Spatial heterogeneity has been examined only recently as a factor in studies of ecosystem processes. The effect of this factor on desert organisms is exemplified in the "fertile island" a concentration of essential soil nutrients under perennial shrubs. In this study we examined fertile island patterns in undisturbed desert areas and on abandoned roadways to see at what rate and magnitude these fertile patches reappeared after disturbance. Small-scale examination of patterns of soil P, organic matter, moisture, and bulk density showed that soils beneath Larrea tridentata (DC.) Cov. shrubs on the roads lacked the tight circular gradient in these variables that was characteristic of soils beneath control shrubs, even 88 years after road abandonment. The nature of the initial soil disturbance altered both spatial patterns of soil N and temporal patterns of fertile island development. Fertile island patterns for total soil N, available P, and organic matter were more circular than patterns for bulk density, texture, or pH. We suggest that patterns of soil heterogeneity may develop first for elements that may be limiting to desert shrub growth (N, P, organic matter), followed by spatial development in other less limiting soil factors (bulk density, texture, pH).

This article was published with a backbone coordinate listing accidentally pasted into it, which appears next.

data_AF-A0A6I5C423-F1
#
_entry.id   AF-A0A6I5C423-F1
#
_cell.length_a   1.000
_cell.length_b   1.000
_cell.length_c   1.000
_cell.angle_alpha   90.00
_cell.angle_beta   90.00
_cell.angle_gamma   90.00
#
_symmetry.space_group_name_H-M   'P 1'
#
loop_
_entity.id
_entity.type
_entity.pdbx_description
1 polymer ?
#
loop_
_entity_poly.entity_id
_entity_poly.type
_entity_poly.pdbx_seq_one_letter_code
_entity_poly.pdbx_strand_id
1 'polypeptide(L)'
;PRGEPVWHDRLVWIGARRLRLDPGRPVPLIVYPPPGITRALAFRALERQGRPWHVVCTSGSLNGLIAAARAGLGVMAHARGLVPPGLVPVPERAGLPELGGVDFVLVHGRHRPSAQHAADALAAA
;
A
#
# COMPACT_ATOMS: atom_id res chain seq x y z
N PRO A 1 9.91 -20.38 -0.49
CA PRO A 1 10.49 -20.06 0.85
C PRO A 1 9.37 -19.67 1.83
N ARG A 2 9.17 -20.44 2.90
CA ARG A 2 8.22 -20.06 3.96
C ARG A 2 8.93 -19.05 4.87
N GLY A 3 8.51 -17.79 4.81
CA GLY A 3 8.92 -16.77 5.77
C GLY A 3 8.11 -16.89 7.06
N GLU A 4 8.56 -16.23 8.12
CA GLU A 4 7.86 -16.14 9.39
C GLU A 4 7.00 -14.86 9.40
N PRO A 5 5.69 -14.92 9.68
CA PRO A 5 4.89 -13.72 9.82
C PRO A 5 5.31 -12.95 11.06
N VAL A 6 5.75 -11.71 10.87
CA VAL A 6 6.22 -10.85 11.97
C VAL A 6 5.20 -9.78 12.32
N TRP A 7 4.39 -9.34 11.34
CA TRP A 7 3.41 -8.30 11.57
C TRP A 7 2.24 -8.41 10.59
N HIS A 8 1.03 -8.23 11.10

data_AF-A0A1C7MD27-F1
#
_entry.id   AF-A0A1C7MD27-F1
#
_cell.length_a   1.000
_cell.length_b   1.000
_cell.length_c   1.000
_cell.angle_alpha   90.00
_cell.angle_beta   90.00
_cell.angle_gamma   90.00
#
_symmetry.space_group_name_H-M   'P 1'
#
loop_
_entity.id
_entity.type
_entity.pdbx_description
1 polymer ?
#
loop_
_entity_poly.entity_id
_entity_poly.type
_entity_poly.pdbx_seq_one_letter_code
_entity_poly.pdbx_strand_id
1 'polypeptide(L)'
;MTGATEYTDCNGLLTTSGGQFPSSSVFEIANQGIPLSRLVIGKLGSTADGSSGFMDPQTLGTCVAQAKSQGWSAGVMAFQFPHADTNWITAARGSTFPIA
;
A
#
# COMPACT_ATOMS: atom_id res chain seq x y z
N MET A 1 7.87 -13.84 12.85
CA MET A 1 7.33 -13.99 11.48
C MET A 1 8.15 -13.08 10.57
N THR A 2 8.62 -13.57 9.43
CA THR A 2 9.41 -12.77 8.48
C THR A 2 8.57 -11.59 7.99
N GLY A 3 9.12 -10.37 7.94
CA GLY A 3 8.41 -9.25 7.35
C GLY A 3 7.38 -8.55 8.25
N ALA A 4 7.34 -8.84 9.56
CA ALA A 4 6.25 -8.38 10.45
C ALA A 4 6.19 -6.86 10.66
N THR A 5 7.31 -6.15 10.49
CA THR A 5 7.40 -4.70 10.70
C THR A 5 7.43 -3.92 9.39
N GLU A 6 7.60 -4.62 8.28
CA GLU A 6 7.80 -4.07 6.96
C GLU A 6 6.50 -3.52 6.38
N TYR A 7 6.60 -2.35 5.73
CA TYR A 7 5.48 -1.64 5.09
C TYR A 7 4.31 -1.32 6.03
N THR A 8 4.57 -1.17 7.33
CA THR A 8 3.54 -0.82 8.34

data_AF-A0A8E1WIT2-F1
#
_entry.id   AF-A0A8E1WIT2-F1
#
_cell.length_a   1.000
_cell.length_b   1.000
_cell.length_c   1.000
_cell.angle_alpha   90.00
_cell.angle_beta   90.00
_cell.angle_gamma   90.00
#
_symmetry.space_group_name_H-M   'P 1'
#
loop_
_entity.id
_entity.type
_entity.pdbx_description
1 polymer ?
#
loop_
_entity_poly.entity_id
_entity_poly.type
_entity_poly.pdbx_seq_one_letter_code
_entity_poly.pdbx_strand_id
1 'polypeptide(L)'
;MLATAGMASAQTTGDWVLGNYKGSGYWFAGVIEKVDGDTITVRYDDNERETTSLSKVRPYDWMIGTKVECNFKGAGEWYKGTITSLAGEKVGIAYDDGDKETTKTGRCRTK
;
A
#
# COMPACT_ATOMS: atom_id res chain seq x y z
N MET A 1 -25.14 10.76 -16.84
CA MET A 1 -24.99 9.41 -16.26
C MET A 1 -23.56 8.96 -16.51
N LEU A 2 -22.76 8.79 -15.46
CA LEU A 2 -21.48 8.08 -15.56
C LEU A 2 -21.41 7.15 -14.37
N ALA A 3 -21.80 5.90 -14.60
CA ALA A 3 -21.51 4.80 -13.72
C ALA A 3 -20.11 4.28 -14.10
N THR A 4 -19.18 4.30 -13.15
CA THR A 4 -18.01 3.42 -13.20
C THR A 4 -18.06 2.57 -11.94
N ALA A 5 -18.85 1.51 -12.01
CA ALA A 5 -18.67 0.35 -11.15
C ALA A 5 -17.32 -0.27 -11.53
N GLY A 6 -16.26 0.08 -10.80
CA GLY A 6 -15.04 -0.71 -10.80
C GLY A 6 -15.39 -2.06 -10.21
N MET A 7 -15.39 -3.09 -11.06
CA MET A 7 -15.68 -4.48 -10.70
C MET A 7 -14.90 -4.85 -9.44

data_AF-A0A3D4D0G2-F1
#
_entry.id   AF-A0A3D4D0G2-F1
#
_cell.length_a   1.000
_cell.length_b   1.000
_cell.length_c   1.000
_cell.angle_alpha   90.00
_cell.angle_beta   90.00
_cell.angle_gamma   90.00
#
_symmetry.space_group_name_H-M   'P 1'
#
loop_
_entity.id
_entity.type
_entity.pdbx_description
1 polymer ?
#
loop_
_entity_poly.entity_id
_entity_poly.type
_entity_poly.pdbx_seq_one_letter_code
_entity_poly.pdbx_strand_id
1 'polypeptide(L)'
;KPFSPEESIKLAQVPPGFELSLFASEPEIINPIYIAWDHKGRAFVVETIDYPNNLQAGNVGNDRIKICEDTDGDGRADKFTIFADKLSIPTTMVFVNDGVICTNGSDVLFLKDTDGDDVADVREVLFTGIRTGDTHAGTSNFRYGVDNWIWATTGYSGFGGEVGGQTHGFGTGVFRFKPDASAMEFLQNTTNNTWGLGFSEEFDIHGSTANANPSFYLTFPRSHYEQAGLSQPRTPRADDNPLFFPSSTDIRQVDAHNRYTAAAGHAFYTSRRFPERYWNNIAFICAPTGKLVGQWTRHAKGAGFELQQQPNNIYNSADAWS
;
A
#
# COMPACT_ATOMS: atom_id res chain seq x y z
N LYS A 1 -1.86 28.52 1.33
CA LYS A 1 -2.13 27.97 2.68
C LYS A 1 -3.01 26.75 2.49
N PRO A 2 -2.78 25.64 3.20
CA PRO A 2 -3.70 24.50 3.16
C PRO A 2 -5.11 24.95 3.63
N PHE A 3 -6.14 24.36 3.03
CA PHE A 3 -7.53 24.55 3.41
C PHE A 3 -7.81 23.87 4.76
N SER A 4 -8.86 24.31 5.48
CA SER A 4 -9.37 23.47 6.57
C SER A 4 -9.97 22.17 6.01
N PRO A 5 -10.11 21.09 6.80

Bolling, John D. and Walker, Lawrence R.
"Fertile island development around perennial shrubs across a Mojave Desert chronosequence,"
Western North American Naturalist: Vol. 62
, Article 10.
Available at: http://scholarsarchive.byu.edu/wnan/vol62/iss1/10